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Goal: have a single assembler source file which will assemble both to x86 (i386) and to x86_64 (amd64)?

Is this possible, for instance with YASM?

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up vote 1 down vote accepted

If you use conditional assemblying, you can. But don't expect to write all the code once for x86 and have it work the same on x64 or the other way around. Use %if and %ifdef.

You could also create some macros that would expand to different things. For example, some RAXPTR would expand to EAX or RAX depending on what platform you're compiling and you can use this RAXPTR where EAX/RAX is used as a pointer. Likewise you could create some macros PARAM1/2/etc that would expand to the routine params, to things like ECX/RCX and EDX/RDX for the first two parameters in the fastcall convention and [EBP+some constant]/[RBP+some constant] for the rest. Using macros in this manner can help you write mostly portable x86/x64 assembly code, but still, you can't do this without things like %if and %ifdef.

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no way at all? I thought x64 was a superset? –  Prof. Falken Nov 23 '11 at 23:44
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@AmigableClarkKant: It mostly is a superset. But only mostly because some things that are available in non-64-bit modes aren't available in 64-bit mode any more. But most importantly, your registers that you use to hold addresses of the various variables, they have to be different in 32-bit and 64-bit: E-something vs. R-something. And different calling conventions/ABIs are also getting in the way. Using macros can help here, see the updated answer. –  Alexey Frunze Nov 23 '11 at 23:51
    
Don't forget the ABI part! –  Macmade Nov 23 '11 at 23:52
    
@Macmade: Noted/implied. –  Alexey Frunze Nov 23 '11 at 23:53
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@AmigableClarkKant: yep. Or outside, if you like that better. It's the same as with C/C++'s #if/#ifdef. –  Alexey Frunze Nov 24 '11 at 8:32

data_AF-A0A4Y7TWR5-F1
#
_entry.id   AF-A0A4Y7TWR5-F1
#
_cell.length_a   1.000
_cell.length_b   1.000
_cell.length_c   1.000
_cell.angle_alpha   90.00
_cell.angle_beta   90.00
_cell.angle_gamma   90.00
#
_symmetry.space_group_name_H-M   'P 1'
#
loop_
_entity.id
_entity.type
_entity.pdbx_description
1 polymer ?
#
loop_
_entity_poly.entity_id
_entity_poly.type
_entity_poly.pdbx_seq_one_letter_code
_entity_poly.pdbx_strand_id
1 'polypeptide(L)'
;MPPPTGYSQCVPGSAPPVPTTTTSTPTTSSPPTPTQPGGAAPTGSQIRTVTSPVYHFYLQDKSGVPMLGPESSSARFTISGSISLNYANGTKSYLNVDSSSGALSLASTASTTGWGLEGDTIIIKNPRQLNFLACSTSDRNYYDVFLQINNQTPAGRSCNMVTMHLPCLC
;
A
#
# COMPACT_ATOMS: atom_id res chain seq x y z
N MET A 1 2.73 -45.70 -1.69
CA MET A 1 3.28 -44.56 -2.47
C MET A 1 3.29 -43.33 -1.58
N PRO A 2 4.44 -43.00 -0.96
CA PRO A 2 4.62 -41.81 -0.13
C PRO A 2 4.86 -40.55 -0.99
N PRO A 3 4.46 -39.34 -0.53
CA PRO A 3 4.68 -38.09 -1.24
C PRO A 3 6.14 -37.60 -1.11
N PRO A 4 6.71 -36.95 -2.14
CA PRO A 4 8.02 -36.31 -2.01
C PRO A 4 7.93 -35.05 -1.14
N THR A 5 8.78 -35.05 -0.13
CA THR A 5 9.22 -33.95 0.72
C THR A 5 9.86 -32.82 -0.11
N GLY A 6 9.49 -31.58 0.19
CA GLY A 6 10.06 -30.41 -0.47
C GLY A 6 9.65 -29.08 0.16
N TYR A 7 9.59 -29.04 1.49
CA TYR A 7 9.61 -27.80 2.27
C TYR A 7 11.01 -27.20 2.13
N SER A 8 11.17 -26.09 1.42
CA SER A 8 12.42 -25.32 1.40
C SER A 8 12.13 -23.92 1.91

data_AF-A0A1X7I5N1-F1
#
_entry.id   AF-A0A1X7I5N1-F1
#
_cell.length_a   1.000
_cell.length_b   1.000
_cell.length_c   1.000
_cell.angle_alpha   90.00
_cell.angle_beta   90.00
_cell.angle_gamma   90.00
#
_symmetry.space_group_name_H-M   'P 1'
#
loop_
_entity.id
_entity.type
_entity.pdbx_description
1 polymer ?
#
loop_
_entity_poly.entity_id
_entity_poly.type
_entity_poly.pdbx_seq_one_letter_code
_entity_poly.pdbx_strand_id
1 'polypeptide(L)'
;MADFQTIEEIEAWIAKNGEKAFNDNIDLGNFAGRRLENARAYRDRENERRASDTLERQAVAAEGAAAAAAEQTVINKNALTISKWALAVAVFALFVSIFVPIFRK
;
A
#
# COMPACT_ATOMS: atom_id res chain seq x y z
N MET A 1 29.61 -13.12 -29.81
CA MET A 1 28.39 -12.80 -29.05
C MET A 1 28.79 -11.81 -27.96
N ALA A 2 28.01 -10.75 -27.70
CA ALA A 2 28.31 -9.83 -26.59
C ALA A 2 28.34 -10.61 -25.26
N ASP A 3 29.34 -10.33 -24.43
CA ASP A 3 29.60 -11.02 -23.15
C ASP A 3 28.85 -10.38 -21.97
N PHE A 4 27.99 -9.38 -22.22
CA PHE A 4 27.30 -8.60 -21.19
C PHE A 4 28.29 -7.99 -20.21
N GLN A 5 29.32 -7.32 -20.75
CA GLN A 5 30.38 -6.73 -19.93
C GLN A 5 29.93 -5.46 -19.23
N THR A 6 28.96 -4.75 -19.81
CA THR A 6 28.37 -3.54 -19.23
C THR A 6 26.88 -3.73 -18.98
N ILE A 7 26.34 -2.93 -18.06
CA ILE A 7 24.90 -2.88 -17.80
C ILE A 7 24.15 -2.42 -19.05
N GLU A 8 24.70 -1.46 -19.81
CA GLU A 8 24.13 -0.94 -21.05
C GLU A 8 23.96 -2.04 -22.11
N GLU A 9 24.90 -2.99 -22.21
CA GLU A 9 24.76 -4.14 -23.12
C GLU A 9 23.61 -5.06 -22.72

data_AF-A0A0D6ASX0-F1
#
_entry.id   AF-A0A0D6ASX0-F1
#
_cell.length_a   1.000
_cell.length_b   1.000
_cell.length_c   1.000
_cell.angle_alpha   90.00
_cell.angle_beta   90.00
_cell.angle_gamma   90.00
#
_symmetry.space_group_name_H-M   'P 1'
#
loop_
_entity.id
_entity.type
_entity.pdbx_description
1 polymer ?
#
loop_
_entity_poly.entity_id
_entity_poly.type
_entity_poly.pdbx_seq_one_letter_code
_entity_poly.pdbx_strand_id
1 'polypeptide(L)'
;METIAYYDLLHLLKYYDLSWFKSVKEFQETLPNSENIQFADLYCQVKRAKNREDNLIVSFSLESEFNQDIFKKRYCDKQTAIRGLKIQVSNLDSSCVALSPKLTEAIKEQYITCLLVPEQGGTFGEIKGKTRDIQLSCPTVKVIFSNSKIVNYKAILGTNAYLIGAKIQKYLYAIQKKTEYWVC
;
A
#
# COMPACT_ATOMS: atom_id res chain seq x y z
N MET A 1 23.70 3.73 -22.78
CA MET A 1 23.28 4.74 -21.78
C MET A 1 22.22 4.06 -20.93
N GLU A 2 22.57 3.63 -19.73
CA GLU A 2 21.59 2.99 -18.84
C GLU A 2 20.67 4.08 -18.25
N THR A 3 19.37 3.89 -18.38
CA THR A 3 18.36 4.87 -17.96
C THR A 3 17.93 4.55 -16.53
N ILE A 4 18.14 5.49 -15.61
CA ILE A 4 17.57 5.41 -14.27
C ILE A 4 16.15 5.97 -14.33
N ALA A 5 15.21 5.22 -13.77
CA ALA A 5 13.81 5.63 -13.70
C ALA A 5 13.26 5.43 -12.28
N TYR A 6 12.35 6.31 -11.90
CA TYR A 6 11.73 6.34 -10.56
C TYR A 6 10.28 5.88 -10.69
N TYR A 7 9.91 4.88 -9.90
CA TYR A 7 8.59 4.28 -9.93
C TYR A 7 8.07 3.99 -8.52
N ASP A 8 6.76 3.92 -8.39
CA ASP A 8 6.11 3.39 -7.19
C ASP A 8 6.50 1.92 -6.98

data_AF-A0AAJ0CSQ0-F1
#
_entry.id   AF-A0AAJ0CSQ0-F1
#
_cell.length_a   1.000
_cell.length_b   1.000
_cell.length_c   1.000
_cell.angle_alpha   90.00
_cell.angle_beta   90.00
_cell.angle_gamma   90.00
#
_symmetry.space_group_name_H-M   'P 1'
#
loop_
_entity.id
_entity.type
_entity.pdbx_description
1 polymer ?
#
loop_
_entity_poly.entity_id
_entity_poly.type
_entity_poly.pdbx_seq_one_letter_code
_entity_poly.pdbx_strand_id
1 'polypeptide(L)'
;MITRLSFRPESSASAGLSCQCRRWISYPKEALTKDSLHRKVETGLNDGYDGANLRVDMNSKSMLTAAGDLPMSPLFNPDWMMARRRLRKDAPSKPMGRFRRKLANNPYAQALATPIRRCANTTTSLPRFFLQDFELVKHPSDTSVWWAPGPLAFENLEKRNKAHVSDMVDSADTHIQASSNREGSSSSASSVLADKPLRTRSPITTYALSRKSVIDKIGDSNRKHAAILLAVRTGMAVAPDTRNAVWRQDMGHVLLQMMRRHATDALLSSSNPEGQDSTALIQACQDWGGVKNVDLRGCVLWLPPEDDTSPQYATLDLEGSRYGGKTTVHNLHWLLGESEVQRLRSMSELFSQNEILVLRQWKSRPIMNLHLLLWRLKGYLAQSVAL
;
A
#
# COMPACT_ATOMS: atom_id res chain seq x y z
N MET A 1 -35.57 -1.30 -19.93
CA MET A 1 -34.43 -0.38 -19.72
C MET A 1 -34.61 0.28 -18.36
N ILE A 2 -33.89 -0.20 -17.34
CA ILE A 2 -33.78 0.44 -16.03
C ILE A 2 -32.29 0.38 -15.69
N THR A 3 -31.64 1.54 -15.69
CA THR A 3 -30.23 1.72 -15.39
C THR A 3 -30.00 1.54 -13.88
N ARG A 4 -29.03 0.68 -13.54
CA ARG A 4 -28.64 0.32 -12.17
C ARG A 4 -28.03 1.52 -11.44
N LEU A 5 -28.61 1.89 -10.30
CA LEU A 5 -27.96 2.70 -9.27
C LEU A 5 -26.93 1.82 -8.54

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Assembly language is by definition not portable between different CPU architectures.

Depending on the assembler you use, you can do a few things that will ease the porting part, as Alex said, like dealing with different register or instruction names with macros and conditional assembly (don't think this will make your code more readable, nor more maintainable than having two distinct files).

But on different architectures, you can't expect the same code to run fine. Especially with 32 and 64 bits architectures.

Even if you succeed in having a common code, it will certainly lack optimizations available in the different architectures.

And last, but not least, you will also have ABI issues. Calling conventions are different, even between x86 (usually CDECL - all arguments passed on the stack), and x86_64 (System V - first arguments passed on registers, then on stack).

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This spells out the difficulties ahead, and +1 for that. But given I have macros for calling conventions (don't know how feasible this is) and for registers, do you think it's possible? –  Prof. Falken Nov 24 '11 at 8:21
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@AmigableClarkKant: it may very well be possible. But when writing this "portable" code you'll have to constantly think of both modes/platforms and their differences and hide them behind macros. That's why it's not quite like writing one piece of code for x86 and then just reusing it as-is on x64 or the other way around. –  Alexey Frunze Nov 24 '11 at 8:35
    
I will maybe not do it then, but very interesting, thanks! –  Prof. Falken Nov 24 '11 at 9:13
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